EUGLOREH project
THE STATUS OF HEALTH IN THE EUROPEAN UNION:
TOWARDS A HEALTHIER EUROPE

FULL REPORT

PART II - HEALTH CONDITIONS

8. DISABILITIES

8.1. OVERALL DISABILITY DATA AND POLICIES

8.1.1. Introduction

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8.1. OVERALL DISABILITY DATA AND POLICIES

 

8.1.1. Introduction

 

Physically or intellectually disabled people constitute particular vulnerable population groups, which require special health policies. Until now, models of disability were typically cast as “medical” (the result of individual pathology or deficit) or “social” (the result of social failure in providing access and support). The current construct of disability is fundamentally interactive and focuses on the individual’s expression of limitations in a social context (Schalock et al, 2007). Within this framework, the person’s limitations in functioning arise as the outcome of interactions between health conditions and contextual factors such as the environment or social attitudes. This approach has, to a certain extent, been incorporated into the model underlying the WHO International Classification of Functioning Disability and Health (ICF) (WHO, 2001), which separates the notion of functional limitation from disability. Functional differences are measured along three different domains: (1) body structure and function; (2) activities; and (3) participation. Disability is not equated with a disease state, but people with intellectual disability or any other disabilities are regarded as striving to promote good physical and mental health and also incur risks to their health.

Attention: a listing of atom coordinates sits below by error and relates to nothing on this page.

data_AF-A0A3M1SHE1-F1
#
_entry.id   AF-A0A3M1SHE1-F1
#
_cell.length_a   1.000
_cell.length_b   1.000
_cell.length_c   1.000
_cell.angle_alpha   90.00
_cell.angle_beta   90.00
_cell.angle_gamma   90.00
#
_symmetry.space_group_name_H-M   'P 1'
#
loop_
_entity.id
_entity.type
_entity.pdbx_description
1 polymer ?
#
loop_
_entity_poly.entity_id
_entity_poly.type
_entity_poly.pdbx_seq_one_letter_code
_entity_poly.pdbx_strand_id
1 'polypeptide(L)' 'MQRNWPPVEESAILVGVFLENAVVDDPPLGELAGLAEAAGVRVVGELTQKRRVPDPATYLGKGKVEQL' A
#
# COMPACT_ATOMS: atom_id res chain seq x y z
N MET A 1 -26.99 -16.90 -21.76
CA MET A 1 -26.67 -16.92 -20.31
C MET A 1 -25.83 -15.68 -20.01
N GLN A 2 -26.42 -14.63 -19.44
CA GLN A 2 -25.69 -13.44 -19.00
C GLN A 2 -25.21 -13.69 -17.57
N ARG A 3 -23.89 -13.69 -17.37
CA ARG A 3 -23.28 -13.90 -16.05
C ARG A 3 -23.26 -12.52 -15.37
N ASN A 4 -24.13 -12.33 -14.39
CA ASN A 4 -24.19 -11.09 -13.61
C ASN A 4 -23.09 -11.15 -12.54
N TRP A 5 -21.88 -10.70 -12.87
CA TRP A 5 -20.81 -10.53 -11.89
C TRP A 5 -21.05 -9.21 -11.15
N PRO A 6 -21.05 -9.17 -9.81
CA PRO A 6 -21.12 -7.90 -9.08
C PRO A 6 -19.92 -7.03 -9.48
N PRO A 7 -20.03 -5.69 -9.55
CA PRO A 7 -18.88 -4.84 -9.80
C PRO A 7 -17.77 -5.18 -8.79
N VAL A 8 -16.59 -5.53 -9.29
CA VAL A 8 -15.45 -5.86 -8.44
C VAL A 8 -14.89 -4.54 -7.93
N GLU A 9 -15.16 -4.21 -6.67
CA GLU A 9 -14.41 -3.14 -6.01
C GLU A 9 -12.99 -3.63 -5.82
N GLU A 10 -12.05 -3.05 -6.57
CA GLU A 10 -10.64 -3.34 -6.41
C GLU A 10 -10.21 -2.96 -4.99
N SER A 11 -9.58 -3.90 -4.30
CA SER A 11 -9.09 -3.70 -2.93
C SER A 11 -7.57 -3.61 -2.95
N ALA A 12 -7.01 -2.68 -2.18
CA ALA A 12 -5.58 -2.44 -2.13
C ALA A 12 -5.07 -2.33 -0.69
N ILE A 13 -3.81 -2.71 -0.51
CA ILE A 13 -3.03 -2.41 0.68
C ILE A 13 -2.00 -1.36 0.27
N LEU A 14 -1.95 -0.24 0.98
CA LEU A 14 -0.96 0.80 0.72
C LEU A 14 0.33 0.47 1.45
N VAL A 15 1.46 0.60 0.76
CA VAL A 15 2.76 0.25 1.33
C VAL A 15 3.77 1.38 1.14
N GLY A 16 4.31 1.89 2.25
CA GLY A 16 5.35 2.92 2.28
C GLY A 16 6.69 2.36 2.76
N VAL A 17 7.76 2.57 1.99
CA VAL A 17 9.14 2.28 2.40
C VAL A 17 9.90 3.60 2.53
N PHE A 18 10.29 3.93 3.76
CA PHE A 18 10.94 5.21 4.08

Physically-disabled people include those affected by congenital anomalies as well as hearing and vision deficiencies or other limitations due to aging or to sequelae of some diseases, road traffic, home and leisure time accidents, or injured by unsafe products or extreme weather conditions. In many cases disabilities are associated with lifelong impairment. Although not accurately quantified, accidents and injuries are assumed to be the main cause of chronic disability among younger people, leading to an enormous loss of life years in good health.